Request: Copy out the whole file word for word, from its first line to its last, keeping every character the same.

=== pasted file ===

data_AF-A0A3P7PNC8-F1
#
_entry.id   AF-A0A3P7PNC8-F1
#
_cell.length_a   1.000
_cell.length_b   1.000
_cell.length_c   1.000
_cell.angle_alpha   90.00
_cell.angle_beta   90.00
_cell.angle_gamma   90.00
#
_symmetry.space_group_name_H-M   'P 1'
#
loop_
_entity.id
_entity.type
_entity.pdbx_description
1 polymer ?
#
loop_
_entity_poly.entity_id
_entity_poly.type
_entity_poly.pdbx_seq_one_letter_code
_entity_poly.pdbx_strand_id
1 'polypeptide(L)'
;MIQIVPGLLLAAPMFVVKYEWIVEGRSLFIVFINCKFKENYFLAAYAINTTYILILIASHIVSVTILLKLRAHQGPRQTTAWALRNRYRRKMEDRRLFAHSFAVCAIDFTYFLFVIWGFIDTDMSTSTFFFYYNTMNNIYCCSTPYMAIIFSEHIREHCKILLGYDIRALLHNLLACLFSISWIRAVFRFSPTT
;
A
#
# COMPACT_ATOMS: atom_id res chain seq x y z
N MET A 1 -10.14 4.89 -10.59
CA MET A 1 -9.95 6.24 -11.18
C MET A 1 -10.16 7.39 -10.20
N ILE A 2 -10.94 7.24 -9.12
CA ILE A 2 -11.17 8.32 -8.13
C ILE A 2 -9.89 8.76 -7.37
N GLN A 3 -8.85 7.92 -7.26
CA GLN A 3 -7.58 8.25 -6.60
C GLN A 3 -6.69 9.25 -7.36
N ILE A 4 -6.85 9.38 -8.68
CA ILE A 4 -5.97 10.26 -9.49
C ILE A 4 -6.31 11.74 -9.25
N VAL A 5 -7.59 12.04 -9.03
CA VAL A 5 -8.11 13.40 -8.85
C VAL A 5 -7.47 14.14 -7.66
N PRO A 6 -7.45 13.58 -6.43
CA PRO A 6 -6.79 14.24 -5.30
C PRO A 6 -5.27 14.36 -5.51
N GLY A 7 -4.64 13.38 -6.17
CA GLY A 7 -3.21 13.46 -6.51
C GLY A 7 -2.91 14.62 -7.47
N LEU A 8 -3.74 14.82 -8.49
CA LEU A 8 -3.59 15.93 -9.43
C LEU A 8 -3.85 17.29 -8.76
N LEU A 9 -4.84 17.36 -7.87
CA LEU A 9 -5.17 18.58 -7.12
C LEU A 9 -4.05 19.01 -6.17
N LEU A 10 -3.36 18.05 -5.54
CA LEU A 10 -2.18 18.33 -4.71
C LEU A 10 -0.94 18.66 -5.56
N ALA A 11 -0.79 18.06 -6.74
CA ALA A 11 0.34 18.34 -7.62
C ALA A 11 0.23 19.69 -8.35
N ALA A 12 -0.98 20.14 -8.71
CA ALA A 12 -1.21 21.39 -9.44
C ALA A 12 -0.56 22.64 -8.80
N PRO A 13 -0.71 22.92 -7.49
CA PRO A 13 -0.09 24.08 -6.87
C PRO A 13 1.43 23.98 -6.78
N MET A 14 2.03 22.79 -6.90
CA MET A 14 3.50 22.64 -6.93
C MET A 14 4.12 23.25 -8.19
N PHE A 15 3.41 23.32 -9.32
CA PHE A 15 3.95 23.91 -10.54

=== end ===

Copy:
data_AF-A0A3P7PNC8-F1
#
_entry.id   AF-A0A3P7PNC8-F1
#
_cell.length_a   1.000
_cell.length_b   1.000
_cell.length_c   1.000
_cell.angle_alpha   90.00
_cell.angle_beta   90.00
_cell.angle_gamma   90.00
#
_symmetry.space_group_name_H-M   'P 1'
#
loop_
_entity.id
_entity.type
_entity.pdbx_description
1 polymer ?
#
loop_
_entity_poly.entity_id
_entity_poly.type
_entity_poly.pdbx_seq_one_letter_code
_entity_poly.pdbx_strand_id
1 'polypeptide(L)'
;MIQIVPGLLLAAPMFVVKYEWIVEGRSLFIVFINCKFKENYFLAAYAINTTYILILIASHIVSVTILLKLRAHQGPRQTTAWALRNRYRRKMEDRRLFAHSFAVCAIDFTYFLFVIWGFIDTDMSTSTFFFYYNTMNNIYCCSTPYMAIIFSEHIREHCKILLGYDIRALLHNLLACLFSISWIRAVFRFSPTT
;
A
#
# COMPACT_ATOMS: atom_id res chain seq x y z
N MET A 1 -10.14 4.89 -10.59
CA MET A 1 -9.95 6.24 -11.18
C MET A 1 -10.16 7.39 -10.20
N ILE A 2 -10.94 7.24 -9.12
CA ILE A 2 -11.17 8.32 -8.13
C ILE A 2 -9.89 8.76 -7.37
N GLN A 3 -8.85 7.92 -7.26
CA GLN A 3 -7.58 8.25 -6.60
C GLN A 3 -6.69 9.25 -7.36
N ILE A 4 -6.85 9.38 -8.68
CA ILE A 4 -5.97 10.26 -9.49
C ILE A 4 -6.31 11.74 -9.25
N VAL A 5 -7.59 12.04 -9.03
CA VAL A 5 -8.11 13.40 -8.85
C VAL A 5 -7.47 14.14 -7.66
N PRO A 6 -7.45 13.58 -6.43
CA PRO A 6 -6.79 14.24 -5.30
C PRO A 6 -5.27 14.36 -5.51
N GLY A 7 -4.64 13.38 -6.17
CA GLY A 7 -3.21 13.46 -6.51
C GLY A 7 -2.91 14.62 -7.47
N LEU A 8 -3.74 14.82 -8.49
CA LEU A 8 -3.59 15.93 -9.43
C LEU A 8 -3.85 17.29 -8.76
N LEU A 9 -4.84 17.36 -7.87
CA LEU A 9 -5.17 18.58 -7.12
C LEU A 9 -4.05 19.01 -6.17
N LEU A 10 -3.36 18.05 -5.54
CA LEU A 10 -2.18 18.33 -4.71
C LEU A 10 -0.94 18.66 -5.56
N ALA A 11 -0.79 18.06 -6.74
CA ALA A 11 0.34 18.34 -7.62
C ALA A 11 0.23 19.69 -8.35
N ALA A 12 -0.98 20.14 -8.71
CA ALA A 12 -1.21 21.39 -9.44
C ALA A 12 -0.56 22.64 -8.80
N PRO A 13 -0.71 22.92 -7.49
CA PRO A 13 -0.09 24.08 -6.87
C PRO A 13 1.43 23.98 -6.78
N MET A 14 2.03 22.79 -6.90
CA MET A 14 3.50 22.64 -6.93
C MET A 14 4.12 23.25 -8.19
N PHE A 15 3.41 23.32 -9.32
CA PHE A 15 3.95 23.91 -10.54